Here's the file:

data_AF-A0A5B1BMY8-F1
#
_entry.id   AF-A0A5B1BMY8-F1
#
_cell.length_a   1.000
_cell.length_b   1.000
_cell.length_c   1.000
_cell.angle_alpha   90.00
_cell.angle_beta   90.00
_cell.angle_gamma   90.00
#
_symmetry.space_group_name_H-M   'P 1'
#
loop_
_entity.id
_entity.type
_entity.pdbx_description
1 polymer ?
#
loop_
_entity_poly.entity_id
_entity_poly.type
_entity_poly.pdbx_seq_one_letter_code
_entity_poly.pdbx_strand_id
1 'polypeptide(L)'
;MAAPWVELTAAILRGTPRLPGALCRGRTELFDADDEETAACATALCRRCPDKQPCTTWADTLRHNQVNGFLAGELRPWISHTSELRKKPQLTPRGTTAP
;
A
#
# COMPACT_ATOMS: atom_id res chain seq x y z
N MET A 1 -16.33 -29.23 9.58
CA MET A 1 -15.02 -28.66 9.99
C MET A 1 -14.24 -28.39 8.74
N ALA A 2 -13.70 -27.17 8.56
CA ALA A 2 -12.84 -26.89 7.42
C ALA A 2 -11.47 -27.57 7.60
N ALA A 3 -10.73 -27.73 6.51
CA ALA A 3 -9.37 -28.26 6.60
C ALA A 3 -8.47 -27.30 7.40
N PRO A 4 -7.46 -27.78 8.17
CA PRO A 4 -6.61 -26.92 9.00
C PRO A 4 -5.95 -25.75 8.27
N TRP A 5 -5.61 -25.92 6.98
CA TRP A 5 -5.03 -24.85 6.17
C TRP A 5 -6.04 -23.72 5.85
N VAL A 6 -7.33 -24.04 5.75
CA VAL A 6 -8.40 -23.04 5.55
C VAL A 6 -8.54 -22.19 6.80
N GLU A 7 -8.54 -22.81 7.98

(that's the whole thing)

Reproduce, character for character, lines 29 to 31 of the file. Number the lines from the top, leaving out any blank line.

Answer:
#
# COMPACT_ATOMS: atom_id res chain seq x y z
N MET A 1 -16.33 -29.23 9.58